The contrast between “If I Ruled the World”  and  “ A New York State of Mind” is the way in which wealth and happiness is attained. In one song, one must use violence in order to obtain wealth, In the other, Nas creates a perfect utopia. His ability to play with words to spark change and ignite imagination in his listeners is unmatched. Another song from his Illmatic album that continues to display his poetic delivery of a very intense subject matter (death) as a result of dealing drugs is“Represent”. In “Represent”, we are made aware that being a street criminal comes with a limited time on this planet. What is most intriguing to listener is the acceptance of death as a result.Nas accepts death and almost welcomes it. He accepts the fact that his lifestyle comes with death as a result. In all three songs,not being part of the system and being powerless are feelings the black community does not understand and cannot cope with, but is very ironic that death is a destination that drug dealers are ok with and welcome. “Straight up shit is real and any day could be your last in the jungle” this is a recurring theme we find in the“New York State of Mind” and “If I Ruled the World”.  Taking a step back and analyzing “Represent” the only possible reason why someone would jeopardize their life to gain “stacks” while selling drugs has to be that death cannot be as bad when you are already living in hell. It is in our human condition to desire wealth and people from the projects are no different. If acquiring great clothing “When I dress, it’s never nothing less than Guess”and money “No doubt, see my stacks are fat, this is what it’s about” your life is worth the risk. Like many other rappers have said: “Get rich or die trying”.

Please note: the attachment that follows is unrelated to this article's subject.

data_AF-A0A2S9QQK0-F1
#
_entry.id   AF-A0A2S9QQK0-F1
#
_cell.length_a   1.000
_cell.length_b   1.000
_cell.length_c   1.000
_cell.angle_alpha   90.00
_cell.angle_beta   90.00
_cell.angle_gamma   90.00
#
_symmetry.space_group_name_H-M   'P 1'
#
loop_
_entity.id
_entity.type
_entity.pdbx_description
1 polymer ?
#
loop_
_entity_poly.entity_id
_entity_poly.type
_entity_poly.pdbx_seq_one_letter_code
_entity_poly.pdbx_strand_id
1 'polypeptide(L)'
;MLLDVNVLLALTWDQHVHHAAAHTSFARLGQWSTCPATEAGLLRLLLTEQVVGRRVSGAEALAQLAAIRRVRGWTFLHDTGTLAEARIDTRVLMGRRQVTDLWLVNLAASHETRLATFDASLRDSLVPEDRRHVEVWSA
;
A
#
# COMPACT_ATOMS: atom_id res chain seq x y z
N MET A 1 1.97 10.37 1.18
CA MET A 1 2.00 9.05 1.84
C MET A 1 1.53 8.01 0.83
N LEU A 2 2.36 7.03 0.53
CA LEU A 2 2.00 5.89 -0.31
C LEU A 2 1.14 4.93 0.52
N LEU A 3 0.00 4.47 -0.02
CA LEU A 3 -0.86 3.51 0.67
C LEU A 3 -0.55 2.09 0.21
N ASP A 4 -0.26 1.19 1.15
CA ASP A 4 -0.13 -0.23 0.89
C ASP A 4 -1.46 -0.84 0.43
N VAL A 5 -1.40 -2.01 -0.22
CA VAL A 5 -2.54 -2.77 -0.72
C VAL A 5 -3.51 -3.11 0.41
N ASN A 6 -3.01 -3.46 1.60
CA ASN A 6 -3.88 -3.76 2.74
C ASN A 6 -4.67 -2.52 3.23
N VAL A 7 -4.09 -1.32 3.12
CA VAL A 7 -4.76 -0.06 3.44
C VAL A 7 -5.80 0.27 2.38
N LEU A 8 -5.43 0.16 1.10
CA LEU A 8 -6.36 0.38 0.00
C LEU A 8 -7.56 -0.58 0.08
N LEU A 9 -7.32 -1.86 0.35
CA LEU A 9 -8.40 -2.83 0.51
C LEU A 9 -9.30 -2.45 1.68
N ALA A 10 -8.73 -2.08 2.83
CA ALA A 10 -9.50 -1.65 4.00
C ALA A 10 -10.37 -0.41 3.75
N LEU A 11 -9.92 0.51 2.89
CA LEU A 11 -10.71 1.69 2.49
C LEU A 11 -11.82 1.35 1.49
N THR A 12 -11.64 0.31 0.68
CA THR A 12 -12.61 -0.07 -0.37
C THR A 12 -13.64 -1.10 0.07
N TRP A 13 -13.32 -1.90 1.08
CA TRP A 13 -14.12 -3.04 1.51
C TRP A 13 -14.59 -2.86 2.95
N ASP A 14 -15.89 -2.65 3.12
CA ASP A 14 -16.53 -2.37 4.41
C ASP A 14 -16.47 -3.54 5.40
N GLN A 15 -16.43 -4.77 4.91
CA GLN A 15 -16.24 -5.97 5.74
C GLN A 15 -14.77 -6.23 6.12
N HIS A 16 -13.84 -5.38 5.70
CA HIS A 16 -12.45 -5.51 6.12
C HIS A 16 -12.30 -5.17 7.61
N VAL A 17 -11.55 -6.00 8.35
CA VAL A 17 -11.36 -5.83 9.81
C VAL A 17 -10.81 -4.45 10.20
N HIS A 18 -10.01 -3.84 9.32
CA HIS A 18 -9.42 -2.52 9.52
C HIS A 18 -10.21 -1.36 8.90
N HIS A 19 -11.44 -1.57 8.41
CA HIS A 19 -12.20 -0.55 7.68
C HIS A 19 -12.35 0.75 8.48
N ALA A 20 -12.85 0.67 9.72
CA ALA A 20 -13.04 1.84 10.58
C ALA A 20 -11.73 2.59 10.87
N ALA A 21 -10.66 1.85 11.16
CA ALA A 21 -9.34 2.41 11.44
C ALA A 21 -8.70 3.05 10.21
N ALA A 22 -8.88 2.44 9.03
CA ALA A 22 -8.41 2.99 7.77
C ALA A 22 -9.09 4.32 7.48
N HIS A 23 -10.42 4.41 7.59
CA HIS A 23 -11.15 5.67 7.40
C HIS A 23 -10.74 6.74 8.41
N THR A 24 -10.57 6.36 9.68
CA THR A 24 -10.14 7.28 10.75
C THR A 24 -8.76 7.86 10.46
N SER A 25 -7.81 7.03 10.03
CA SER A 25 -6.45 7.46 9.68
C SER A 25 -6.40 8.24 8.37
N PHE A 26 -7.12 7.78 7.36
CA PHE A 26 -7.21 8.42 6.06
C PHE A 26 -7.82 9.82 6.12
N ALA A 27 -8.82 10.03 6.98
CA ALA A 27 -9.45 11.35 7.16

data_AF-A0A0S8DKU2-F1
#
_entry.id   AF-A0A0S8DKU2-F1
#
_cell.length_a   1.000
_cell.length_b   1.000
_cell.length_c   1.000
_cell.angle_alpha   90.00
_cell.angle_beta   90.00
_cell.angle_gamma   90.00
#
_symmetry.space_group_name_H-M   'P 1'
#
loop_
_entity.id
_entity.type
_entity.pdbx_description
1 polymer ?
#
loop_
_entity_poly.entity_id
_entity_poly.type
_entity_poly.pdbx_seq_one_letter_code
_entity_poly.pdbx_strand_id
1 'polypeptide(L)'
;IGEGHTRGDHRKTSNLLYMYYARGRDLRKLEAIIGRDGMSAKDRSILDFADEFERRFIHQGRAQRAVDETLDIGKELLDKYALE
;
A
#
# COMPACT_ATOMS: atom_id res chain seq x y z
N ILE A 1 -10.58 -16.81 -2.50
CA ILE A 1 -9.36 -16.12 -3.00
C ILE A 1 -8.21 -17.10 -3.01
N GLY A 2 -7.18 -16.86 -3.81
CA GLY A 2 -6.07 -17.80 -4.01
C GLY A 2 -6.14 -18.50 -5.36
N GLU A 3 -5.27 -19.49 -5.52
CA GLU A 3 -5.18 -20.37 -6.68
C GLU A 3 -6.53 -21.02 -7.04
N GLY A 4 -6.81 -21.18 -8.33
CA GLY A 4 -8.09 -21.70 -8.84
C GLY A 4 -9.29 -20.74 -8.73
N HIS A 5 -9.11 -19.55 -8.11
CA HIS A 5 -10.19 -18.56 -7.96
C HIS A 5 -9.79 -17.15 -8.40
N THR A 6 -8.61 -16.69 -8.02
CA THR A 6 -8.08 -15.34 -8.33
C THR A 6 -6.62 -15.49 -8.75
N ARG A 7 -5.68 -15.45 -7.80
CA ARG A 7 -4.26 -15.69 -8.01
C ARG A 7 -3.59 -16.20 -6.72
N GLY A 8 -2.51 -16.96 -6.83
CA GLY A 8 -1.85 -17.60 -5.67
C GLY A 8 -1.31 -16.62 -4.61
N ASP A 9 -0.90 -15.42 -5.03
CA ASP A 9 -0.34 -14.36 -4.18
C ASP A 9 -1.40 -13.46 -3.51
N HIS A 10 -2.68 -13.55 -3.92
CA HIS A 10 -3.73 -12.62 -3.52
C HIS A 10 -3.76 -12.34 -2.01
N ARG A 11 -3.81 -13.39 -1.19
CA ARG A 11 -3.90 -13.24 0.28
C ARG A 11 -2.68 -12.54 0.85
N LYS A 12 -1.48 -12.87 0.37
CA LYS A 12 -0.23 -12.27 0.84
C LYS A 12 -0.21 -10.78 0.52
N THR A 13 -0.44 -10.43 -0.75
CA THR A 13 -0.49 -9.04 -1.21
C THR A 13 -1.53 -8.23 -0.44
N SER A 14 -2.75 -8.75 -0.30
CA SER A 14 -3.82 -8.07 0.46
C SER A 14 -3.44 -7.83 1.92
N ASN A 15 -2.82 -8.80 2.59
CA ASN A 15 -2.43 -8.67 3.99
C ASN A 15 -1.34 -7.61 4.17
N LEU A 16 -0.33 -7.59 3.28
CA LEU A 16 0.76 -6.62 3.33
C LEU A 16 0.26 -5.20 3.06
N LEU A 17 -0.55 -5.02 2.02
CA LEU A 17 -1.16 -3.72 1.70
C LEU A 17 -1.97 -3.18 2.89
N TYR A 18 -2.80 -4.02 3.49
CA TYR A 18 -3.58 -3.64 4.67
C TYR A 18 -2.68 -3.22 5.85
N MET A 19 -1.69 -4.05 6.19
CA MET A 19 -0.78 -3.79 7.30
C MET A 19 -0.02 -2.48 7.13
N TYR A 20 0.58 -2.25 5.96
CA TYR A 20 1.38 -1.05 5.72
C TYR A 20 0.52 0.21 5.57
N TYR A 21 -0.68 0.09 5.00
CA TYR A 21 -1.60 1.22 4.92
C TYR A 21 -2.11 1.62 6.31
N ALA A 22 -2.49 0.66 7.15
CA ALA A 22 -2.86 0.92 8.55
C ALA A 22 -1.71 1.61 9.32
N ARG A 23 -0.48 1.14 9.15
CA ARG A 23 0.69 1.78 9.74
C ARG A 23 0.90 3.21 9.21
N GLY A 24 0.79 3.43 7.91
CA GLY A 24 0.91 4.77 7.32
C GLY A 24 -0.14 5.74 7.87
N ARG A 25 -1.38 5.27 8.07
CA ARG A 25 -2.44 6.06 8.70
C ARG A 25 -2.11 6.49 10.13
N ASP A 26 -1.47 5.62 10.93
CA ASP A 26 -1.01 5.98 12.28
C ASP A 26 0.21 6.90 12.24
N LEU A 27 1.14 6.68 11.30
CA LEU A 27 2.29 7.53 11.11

Nas- Black diamonds and pearls